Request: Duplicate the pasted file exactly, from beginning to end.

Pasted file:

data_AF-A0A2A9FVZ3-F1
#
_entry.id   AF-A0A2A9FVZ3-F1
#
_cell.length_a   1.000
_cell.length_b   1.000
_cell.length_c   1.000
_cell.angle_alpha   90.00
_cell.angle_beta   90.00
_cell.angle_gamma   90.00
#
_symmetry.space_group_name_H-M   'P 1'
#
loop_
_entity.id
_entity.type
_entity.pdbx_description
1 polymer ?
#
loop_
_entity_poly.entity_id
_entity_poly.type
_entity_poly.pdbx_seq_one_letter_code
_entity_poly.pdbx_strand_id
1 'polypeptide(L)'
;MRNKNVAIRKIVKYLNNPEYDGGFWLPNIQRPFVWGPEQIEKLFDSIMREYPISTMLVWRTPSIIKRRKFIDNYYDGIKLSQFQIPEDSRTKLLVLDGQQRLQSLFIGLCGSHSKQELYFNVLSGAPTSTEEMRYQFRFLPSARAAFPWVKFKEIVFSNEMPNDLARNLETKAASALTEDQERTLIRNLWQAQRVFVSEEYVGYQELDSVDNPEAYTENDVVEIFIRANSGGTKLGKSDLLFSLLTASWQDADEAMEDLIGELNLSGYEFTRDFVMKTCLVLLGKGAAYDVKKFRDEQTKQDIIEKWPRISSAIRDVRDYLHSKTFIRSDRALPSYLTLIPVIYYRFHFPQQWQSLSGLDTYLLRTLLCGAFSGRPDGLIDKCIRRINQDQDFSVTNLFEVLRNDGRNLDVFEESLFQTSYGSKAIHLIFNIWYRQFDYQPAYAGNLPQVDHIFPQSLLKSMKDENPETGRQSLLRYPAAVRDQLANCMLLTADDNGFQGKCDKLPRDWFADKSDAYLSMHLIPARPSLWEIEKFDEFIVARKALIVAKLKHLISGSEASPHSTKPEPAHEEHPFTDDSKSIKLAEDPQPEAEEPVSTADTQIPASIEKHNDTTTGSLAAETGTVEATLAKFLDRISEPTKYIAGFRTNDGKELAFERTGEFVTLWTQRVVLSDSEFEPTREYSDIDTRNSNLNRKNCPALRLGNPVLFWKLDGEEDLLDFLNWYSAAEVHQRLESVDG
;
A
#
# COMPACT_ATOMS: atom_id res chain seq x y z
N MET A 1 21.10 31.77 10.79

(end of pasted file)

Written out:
data_AF-A0A2A9FVZ3-F1
#
_entry.id   AF-A0A2A9FVZ3-F1
#
_cell.length_a   1.000
_cell.length_b   1.000
_cell.length_c   1.000
_cell.angle_alpha   90.00
_cell.angle_beta   90.00
_cell.angle_gamma   90.00
#
_symmetry.space_group_name_H-M   'P 1'
#
loop_
_entity.id
_entity.type
_entity.pdbx_description
1 polymer ?
#
loop_
_entity_poly.entity_id
_entity_poly.type
_entity_poly.pdbx_seq_one_letter_code
_entity_poly.pdbx_strand_id
1 'polypeptide(L)'
;MRNKNVAIRKIVKYLNNPEYDGGFWLPNIQRPFVWGPEQIEKLFDSIMREYPISTMLVWRTPSIIKRRKFIDNYYDGIKLSQFQIPEDSRTKLLVLDGQQRLQSLFIGLCGSHSKQELYFNVLSGAPTSTEEMRYQFRFLPSARAAFPWVKFKEIVFSNEMPNDLARNLETKAASALTEDQERTLIRNLWQAQRVFVSEEYVGYQELDSVDNPEAYTENDVVEIFIRANSGGTKLGKSDLLFSLLTASWQDADEAMEDLIGELNLSGYEFTRDFVMKTCLVLLGKGAAYDVKKFRDEQTKQDIIEKWPRISSAIRDVRDYLHSKTFIRSDRALPSYLTLIPVIYYRFHFPQQWQSLSGLDTYLLRTLLCGAFSGRPDGLIDKCIRRINQDQDFSVTNLFEVLRNDGRNLDVFEESLFQTSYGSKAIHLIFNIWYRQFDYQPAYAGNLPQVDHIFPQSLLKSMKDENPETGRQSLLRYPAAVRDQLANCMLLTADDNGFQGKCDKLPRDWFADKSDAYLSMHLIPARPSLWEIEKFDEFIVARKALIVAKLKHLISGSEASPHSTKPEPAHEEHPFTDDSKSIKLAEDPQPEAEEPVSTADTQIPASIEKHNDTTTGSLAAETGTVEATLAKFLDRISEPTKYIAGFRTNDGKELAFERTGEFVTLWTQRVVLSDSEFEPTREYSDIDTRNSNLNRKNCPALRLGNPVLFWKLDGEEDLLDFLNWYSAAEVHQRLESVDG
;
A
#
# COMPACT_ATOMS: atom_id res chain seq x y z
N MET A 1 21.10 31.77 10.79